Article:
The first reason concerned judicial warnings to the jury about the reasons that evidence by complainants about events that are allegedly remembered after so long a time may be unreliable, and reasons why the accused may be disadvantaged in challenging such allegations. In Australia such warnings, in cases of delay of this length, are apparently mandatory. That, at least, was the view of Madgwick J, and we may for present purposes assume that he was correct on this point. In New Zealand they are discretionary. What, then, is the significance of this difference?

As suggested above, the question should have been, would New Zealand judges be likely to decline to warn the jury about those matters in the circumstances of these cases? And, if they did not give the warning, would convictions be likely to be upheld on appeal; that is, would the Court of Appeal recognise that failure to give the warning amounted to a substantial miscarriage of justice?

The current state of development of the law in New Zealand is such that, while we may be reasonably sure that a trial judge would warn the jury, if he did not, we cannot be sure that an appellate court would regard that omission as a substantial miscarriage of justice. The problem of appellate recognition of substantial miscarriage of justice is not confined to New Zealand: the Privy Council not infrequently differs among its members on this. There is, therefore, reason for some unease on this score.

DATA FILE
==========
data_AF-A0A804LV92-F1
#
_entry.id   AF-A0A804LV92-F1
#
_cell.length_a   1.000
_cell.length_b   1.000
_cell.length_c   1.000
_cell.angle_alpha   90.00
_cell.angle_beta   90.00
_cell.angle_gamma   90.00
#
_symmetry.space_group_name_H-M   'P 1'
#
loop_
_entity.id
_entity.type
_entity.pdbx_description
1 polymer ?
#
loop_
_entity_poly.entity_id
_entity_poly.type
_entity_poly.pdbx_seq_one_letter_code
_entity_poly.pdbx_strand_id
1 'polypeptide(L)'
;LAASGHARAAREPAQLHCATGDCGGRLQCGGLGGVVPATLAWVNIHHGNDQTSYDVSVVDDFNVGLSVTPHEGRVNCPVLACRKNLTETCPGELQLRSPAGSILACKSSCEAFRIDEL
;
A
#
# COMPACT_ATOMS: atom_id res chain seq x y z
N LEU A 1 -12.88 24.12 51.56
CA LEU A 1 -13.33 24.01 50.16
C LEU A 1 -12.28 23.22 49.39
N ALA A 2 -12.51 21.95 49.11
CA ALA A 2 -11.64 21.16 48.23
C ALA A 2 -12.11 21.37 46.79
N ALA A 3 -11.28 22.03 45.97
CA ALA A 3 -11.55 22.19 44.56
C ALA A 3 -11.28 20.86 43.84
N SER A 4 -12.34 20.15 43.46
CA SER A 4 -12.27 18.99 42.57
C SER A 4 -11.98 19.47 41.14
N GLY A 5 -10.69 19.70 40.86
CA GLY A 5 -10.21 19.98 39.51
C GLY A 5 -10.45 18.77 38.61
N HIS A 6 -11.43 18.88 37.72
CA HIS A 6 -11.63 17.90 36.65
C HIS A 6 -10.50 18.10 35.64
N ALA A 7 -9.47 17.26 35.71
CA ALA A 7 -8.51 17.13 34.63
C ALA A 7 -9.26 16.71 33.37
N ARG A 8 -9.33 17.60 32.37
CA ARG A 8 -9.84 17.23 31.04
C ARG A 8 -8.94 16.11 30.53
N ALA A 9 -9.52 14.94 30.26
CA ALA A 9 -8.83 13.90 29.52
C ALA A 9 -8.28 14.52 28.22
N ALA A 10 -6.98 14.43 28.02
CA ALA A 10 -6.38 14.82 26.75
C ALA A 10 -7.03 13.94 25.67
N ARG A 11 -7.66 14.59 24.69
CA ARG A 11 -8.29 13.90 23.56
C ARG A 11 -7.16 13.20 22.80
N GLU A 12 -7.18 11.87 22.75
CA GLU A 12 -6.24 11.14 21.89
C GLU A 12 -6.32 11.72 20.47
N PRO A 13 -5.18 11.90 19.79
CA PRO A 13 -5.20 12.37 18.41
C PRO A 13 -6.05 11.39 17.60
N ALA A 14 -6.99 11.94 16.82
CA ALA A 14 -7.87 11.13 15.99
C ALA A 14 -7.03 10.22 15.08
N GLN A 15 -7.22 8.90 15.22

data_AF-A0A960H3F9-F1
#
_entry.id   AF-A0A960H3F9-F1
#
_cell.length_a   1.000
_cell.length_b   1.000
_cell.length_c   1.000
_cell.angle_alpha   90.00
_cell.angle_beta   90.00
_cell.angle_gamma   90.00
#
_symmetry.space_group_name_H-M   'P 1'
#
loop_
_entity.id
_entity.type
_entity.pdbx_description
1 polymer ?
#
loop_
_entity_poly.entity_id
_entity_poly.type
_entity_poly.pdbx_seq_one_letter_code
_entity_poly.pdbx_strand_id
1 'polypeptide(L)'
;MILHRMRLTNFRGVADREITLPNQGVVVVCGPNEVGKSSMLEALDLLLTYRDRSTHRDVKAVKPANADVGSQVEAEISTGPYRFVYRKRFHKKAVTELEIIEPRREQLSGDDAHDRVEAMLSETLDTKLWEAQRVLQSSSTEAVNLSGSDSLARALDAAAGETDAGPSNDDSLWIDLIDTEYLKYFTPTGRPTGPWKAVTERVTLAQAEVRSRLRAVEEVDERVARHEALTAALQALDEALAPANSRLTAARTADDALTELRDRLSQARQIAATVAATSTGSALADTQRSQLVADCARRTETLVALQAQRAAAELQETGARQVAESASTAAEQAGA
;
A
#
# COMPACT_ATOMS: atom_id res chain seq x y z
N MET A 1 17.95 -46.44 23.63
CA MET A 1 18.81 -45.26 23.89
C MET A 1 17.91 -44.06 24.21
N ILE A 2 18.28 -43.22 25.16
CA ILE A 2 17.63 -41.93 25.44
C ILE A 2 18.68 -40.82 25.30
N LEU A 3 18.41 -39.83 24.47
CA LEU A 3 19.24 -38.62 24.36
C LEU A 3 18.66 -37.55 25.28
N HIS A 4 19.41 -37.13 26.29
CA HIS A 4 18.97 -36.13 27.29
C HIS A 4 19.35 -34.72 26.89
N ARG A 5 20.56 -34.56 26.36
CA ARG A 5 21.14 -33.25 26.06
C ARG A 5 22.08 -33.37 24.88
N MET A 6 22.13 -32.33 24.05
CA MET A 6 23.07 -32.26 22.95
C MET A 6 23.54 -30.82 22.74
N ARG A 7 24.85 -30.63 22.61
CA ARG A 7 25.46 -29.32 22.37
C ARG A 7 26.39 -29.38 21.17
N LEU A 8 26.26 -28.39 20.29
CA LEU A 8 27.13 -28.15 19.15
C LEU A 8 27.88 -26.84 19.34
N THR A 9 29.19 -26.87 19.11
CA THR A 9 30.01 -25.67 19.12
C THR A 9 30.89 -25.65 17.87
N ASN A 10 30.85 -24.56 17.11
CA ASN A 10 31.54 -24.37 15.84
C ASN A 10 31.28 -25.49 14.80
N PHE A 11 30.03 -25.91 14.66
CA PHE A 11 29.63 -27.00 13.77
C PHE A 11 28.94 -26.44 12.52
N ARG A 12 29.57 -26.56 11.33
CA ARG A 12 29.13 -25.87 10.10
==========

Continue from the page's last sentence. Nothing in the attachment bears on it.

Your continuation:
The second reason that Madgwick J gave was that in Australia the charges would be heard at separate trials, because the evidence of each complainant was only relevant to the allegations made by that complainant, whereas it seemed that in New Zealand a court would be likely to regard the evidence of some complainants as corroborative of the evidence of others, so that some joinder of trials may occur. This area of the law of evidence concerns what is usually called “similar fact” evidence. Essentially, where different complainants make similar allegations, one tends to increase the likelihood that another is true, unless there was evidence that they had colluded to concoct falsely similar stories. The proper focus of similar fact evidence, where it is admissible, is on the weight to be given to the evidence of the complainant whose allegations are being decided. The great danger of this evidence is that juries will go straight to a conclusion that the accused is the kind of person who does this sort of thing, so he must be guilty. In other words, the error would be to convict the accused for what is now alleged because of what he is said to have done before, rather than because this complainant is believable.